Menu Close

I have genital HSV-1. Do I have to take the same precautions as HSV-2?

Q: I just found out that I have genital HSV-1.  I’m confused about a lot of things. I’ve read a lot about how HSV-1 can be passed from oral to genital contact, but not a lot about how likely it is to be passed genital to genital. Now that I have HSV-1 genital herpes, do I have to take the same precautions as someone with HSV-2? If someone already has HSV-1 in their mouth, could sex with me cause them to have a genital outbreak? Although I’ve never had a cold sore, could I pass the HSV-1 to someone by kissing them? By giving them oral sex? If they give me oral sex, will they get oral HSV-1? Since my first outbreak (which was very severe) I have never had another one. Also I am female. Do these things make it less likely that I will pass on the virus? My first outbreak was a terrible experience, and I do not want to cause anyone else to go through that, but I’m also not sure if I’m being overly cautious.

HSV-1 Girl


A:  That’s a lot of questions!  Here’s our best attempt to help you out.

– Genital HSV-1 is extremely common!  In fact, HSV-1 is now the leading cause of new genital herpes infections. HSV-1 can be passed to another via genital, anal or oral sex, just like HSV-2.

– Yes, you will have to take the same precautions against spreading HSV-1 just as you would with HSV-2. (See How to Reduce Your Risk).

– 60-80% of the general population already have HSV-1 orally.  Most people don’t realize that cold sores are the same thing as herpes (HSV-1).  Most people don’t realize that it’s possible to spread HSV-1 to another person via oral sex, even when they don’t have a visible cold sore.  A lot of people think oral sex is safe, and don’t use any sort of protection.  But anytime you are swapping body fluids, there is a risk of spreading something.

– Sorry you had a terrible first herpes outbreak.  Herpes affects each person differently based on a number of variables such as your own immune system, etc.   Most people with herpes don’t even know it because their symptoms are not noticeable, or are very mild and infrequent, and are mistaken for something else.  Other people get outbreaks all the time.  Some people have 1 outbreak and then never again.  Some people only have symptoms a few times a  year.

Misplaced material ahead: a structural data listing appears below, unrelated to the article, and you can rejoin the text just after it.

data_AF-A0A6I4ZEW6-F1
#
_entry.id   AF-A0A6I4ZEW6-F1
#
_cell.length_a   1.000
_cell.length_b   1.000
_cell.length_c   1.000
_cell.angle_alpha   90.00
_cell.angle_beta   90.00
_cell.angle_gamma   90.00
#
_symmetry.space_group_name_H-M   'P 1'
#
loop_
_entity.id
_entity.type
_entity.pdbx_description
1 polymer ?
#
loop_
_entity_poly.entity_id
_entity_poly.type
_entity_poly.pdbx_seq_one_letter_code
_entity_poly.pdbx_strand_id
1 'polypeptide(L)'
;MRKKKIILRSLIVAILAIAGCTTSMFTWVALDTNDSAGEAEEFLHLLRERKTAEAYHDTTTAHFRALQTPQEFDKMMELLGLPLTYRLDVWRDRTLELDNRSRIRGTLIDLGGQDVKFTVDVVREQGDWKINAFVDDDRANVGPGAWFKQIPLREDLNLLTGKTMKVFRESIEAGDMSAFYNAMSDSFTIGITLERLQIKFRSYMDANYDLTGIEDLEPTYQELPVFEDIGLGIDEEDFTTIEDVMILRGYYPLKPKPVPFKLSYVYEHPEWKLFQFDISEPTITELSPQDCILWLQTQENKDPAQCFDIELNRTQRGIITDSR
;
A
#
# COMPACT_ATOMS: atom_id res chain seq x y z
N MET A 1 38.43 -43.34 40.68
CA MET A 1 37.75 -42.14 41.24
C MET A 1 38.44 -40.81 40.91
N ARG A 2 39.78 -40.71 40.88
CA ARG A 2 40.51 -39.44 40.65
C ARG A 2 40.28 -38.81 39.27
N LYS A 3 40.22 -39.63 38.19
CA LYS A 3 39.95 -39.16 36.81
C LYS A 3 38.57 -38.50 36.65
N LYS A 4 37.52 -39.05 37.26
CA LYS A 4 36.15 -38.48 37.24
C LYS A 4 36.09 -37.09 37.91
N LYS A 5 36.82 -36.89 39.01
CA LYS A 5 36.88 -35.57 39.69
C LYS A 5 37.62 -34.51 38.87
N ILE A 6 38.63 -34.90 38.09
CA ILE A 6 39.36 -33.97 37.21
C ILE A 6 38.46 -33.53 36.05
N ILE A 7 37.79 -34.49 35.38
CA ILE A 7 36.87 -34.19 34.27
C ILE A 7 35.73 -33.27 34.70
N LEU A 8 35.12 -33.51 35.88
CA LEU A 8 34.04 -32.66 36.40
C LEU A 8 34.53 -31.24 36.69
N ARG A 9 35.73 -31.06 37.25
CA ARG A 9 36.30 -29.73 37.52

— Even when someone is not having any symptoms, it is still possible for them to spread herpes to their partner because the virus can be shedding from the surface of the skin without causing any sores or symptoms.

– The only way to know for sure how often a person is shedding the virus without symptoms is to take part in a herpes research study where your skin is swabbed on a daily basis and then tested for evidence of the virus.  In one study, the subjects tested positive for the virus on up to 10% of days, even when they had no symptoms.  But even in that study, each person was different.  Some people shed more often, and some people shed less often.   So each person is different.

– The good news is that by using suppressive therapy – such as taking daily Acyclovir or Valacyclovir – which can dramatically reduce the number of days of asymptomatic shedding. (See Herpes Treatments).  In one research study, patients who took suppressive therapy shed the herpes virus only a fraction of a percent of the time.  So combining suppressive therapy with proper and regular use of condoms is a very effective way to reduce your risk of spreading the virus to someone else genitally.  If you use dental dams, then oral sex is safer too.

– Bottom line – HSV-1 and HSV-2 cause pretty much the same symptoms and one is not better or worse type of herpes than the other.  Both types of herpes can cause outbreaks either orally or in the genital region, or even on the buttocks, back or thighs.  The treatment options are the same.  The methods of reducing your risk of spreading it are the same.  However, everyone is different and may experience (or not experience) symptoms differently.  Most people with HSV-1 and/or HSV-2 got it from someone who wasn’t experiencing symptoms at the time, didn’t know they could spread it, and may not have even known that they had any form of herpes.

Now that you know that you have herpes, you can take precautions to reduce your risk of spreading it and by doing that, you’re a safer sex partner than most other people out there who have herpes and don’t know it and who are not taking suppressive therapy or using any protection.  Good luck!